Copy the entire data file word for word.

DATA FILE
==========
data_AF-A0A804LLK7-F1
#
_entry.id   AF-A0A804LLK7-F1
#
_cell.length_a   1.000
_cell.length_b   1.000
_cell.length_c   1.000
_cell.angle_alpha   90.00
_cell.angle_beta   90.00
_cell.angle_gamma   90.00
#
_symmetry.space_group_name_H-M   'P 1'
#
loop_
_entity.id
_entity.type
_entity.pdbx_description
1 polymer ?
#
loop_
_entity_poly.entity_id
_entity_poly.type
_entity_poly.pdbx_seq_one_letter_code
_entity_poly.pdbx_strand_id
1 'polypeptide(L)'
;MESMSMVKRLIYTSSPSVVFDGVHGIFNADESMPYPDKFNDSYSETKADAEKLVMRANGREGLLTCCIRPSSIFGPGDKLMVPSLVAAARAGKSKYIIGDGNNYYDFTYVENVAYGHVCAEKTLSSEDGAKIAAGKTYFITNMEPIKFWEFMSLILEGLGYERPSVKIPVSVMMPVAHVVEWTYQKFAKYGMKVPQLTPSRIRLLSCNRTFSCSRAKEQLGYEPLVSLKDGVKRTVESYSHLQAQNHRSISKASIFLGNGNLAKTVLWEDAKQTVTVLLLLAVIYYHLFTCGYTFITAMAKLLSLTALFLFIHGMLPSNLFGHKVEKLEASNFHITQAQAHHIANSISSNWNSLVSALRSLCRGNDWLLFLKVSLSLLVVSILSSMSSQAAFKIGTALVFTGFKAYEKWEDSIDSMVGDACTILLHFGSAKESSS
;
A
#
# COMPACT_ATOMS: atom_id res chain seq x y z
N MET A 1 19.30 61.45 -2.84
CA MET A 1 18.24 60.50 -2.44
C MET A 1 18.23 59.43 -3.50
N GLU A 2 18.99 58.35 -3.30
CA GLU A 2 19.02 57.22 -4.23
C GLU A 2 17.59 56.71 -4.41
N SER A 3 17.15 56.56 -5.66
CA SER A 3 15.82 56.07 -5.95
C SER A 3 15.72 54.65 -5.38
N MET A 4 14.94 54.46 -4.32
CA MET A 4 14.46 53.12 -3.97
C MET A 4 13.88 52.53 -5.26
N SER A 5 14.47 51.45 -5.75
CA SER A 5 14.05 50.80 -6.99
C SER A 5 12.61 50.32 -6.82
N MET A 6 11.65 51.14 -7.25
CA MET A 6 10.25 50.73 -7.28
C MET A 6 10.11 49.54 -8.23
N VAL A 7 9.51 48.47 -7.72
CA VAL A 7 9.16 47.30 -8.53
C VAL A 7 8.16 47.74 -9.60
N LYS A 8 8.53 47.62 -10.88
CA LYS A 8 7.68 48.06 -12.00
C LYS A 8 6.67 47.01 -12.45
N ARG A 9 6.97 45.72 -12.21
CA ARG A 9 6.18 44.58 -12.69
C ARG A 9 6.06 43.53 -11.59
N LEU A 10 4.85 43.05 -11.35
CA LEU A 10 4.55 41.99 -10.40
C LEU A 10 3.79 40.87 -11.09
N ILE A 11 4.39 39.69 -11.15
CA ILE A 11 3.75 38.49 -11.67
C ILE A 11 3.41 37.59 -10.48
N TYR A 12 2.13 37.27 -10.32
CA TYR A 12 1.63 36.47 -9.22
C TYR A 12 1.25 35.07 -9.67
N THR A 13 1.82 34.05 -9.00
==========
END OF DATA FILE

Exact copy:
data_AF-A0A804LLK7-F1
#
_entry.id   AF-A0A804LLK7-F1
#
_cell.length_a   1.000
_cell.length_b   1.000
_cell.length_c   1.000
_cell.angle_alpha   90.00
_cell.angle_beta   90.00
_cell.angle_gamma   90.00
#
_symmetry.space_group_name_H-M   'P 1'
#
loop_
_entity.id
_entity.type
_entity.pdbx_description
1 polymer ?
#
loop_
_entity_poly.entity_id
_entity_poly.type
_entity_poly.pdbx_seq_one_letter_code
_entity_poly.pdbx_strand_id
1 'polypeptide(L)'
;MESMSMVKRLIYTSSPSVVFDGVHGIFNADESMPYPDKFNDSYSETKADAEKLVMRANGREGLLTCCIRPSSIFGPGDKLMVPSLVAAARAGKSKYIIGDGNNYYDFTYVENVAYGHVCAEKTLSSEDGAKIAAGKTYFITNMEPIKFWEFMSLILEGLGYERPSVKIPVSVMMPVAHVVEWTYQKFAKYGMKVPQLTPSRIRLLSCNRTFSCSRAKEQLGYEPLVSLKDGVKRTVESYSHLQAQNHRSISKASIFLGNGNLAKTVLWEDAKQTVTVLLLLAVIYYHLFTCGYTFITAMAKLLSLTALFLFIHGMLPSNLFGHKVEKLEASNFHITQAQAHHIANSISSNWNSLVSALRSLCRGNDWLLFLKVSLSLLVVSILSSMSSQAAFKIGTALVFTGFKAYEKWEDSIDSMVGDACTILLHFGSAKESSS
;
A
#
# COMPACT_ATOMS: atom_id res chain seq x y z
N MET A 1 19.30 61.45 -2.84
CA MET A 1 18.24 60.50 -2.44
C MET A 1 18.23 59.43 -3.50
N GLU A 2 18.99 58.35 -3.30
CA GLU A 2 19.02 57.22 -4.23
C GLU A 2 17.59 56.71 -4.41
N SER A 3 17.15 56.56 -5.66
CA SER A 3 15.82 56.07 -5.95
C SER A 3 15.72 54.65 -5.38
N MET A 4 14.94 54.46 -4.32
CA MET A 4 14.46 53.12 -3.97
C MET A 4 13.88 52.53 -5.26
N SER A 5 14.47 51.45 -5.75
CA SER A 5 14.05 50.80 -6.99
C SER A 5 12.61 50.32 -6.82
N MET A 6 11.65 51.14 -7.25
CA MET A 6 10.25 50.73 -7.28
C MET A 6 10.11 49.54 -8.23
N VAL A 7 9.51 48.47 -7.72
CA VAL A 7 9.16 47.30 -8.53
C VAL A 7 8.16 47.74 -9.60
N LYS A 8 8.53 47.62 -10.88
CA LYS A 8 7.68 48.06 -12.00
C LYS A 8 6.67 47.01 -12.45
N ARG A 9 6.97 45.72 -12.21
CA ARG A 9 6.18 44.58 -12.69
C ARG A 9 6.06 43.53 -11.59
N LEU A 10 4.85 43.05 -11.35
CA LEU A 10 4.55 41.99 -10.40
C LEU A 10 3.79 40.87 -11.09
N ILE A 11 4.39 39.69 -11.15
CA ILE A 11 3.75 38.49 -11.67
C ILE A 11 3.41 37.59 -10.48
N TYR A 12 2.13 37.27 -10.32
CA TYR A 12 1.63 36.47 -9.22
C TYR A 12 1.25 35.07 -9.67
N THR A 13 1.82 34.05 -9.00